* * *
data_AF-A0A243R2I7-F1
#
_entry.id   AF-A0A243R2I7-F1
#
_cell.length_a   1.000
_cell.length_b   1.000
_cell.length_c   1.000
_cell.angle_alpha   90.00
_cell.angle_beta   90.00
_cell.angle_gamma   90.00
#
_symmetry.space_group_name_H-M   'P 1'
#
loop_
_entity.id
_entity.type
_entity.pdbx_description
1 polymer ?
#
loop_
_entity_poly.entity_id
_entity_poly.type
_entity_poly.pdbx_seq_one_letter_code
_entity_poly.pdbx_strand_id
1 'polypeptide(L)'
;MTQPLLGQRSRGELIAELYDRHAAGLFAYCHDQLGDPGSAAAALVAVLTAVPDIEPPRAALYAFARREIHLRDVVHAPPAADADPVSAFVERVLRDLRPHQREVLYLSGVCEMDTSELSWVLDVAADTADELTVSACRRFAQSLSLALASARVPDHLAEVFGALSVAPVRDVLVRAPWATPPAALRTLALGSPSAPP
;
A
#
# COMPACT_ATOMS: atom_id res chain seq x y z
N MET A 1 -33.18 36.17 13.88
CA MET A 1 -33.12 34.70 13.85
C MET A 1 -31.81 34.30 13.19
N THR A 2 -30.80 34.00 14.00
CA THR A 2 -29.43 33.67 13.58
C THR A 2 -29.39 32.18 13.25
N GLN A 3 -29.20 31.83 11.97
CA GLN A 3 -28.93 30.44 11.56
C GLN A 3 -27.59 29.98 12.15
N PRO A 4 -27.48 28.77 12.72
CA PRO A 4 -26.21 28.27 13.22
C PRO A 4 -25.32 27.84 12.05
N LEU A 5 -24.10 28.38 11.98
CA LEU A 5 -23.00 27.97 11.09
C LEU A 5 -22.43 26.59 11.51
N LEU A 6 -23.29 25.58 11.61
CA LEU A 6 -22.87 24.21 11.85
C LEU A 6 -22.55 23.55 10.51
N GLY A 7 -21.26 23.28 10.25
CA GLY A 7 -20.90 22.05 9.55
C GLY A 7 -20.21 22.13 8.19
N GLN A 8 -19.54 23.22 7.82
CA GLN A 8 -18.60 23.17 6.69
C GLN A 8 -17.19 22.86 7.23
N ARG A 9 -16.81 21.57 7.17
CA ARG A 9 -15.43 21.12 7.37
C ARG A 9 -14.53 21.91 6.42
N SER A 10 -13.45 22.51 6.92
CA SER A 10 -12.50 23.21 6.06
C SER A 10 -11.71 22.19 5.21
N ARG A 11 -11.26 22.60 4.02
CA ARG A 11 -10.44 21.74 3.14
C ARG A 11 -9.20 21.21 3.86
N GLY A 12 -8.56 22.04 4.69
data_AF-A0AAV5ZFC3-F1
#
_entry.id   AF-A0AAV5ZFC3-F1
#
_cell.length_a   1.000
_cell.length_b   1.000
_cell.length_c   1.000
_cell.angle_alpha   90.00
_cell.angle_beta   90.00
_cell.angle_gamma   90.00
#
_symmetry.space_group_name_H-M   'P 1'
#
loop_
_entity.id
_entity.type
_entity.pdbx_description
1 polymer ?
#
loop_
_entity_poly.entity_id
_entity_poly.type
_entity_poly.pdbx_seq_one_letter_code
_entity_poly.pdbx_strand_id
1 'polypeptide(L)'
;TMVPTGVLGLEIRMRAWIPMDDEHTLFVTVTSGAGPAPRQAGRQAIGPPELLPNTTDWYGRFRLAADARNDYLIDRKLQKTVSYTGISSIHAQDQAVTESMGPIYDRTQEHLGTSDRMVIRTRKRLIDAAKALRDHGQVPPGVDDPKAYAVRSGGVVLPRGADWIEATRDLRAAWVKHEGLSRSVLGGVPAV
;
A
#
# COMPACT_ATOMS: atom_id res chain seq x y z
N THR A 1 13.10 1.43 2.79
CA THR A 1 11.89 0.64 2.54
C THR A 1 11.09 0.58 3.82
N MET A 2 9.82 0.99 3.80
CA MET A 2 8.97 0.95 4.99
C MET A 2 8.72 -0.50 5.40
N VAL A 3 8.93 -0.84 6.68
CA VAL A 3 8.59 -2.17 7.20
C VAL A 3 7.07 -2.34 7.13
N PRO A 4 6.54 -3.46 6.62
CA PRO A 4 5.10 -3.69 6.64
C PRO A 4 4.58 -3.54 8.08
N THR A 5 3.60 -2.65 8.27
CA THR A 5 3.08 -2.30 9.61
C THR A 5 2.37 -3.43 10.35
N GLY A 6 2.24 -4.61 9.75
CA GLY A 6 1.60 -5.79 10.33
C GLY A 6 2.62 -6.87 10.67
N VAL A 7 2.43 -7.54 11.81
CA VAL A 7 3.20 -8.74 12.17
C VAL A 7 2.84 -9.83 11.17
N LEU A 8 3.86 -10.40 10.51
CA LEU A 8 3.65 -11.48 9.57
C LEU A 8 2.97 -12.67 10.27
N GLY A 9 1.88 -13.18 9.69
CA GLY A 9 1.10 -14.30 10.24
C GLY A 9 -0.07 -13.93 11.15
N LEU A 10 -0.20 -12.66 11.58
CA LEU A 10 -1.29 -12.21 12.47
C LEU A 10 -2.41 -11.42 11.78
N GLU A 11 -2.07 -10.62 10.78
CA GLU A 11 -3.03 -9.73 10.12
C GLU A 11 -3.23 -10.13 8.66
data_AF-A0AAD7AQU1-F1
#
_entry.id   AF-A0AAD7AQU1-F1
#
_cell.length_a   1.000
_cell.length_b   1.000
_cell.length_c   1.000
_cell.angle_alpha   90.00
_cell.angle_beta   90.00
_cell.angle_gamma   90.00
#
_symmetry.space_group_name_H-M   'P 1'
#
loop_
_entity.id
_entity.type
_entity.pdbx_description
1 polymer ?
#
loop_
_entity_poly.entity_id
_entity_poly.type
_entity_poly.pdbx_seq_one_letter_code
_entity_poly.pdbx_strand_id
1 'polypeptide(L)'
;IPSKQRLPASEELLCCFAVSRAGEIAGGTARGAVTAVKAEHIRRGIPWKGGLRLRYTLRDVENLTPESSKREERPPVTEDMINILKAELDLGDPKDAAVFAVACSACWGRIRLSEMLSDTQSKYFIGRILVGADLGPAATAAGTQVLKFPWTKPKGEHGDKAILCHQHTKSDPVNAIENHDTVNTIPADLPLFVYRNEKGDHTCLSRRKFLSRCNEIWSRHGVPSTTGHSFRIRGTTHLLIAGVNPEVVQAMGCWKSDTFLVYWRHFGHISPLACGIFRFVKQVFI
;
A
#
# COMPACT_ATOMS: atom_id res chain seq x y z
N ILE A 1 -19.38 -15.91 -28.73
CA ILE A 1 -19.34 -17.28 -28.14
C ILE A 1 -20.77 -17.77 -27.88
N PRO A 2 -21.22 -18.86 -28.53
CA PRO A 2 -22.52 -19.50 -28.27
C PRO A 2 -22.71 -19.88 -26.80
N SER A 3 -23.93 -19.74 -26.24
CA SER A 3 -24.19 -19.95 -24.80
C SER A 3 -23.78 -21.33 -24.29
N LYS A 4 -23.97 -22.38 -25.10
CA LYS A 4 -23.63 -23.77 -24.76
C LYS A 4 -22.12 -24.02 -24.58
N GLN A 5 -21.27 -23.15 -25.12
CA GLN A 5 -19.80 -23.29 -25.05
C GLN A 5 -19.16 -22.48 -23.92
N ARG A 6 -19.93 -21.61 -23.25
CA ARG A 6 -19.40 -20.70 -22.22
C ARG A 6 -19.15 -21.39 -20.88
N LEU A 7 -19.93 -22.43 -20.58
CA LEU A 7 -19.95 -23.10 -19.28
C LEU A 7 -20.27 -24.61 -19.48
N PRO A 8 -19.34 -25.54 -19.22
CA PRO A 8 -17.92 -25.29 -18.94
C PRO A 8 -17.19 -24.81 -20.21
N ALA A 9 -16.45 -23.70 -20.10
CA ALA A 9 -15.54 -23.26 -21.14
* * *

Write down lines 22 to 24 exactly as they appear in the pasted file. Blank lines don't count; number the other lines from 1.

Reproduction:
_entity_poly.type
_entity_poly.pdbx_seq_one_letter_code
_entity_poly.pdbx_strand_id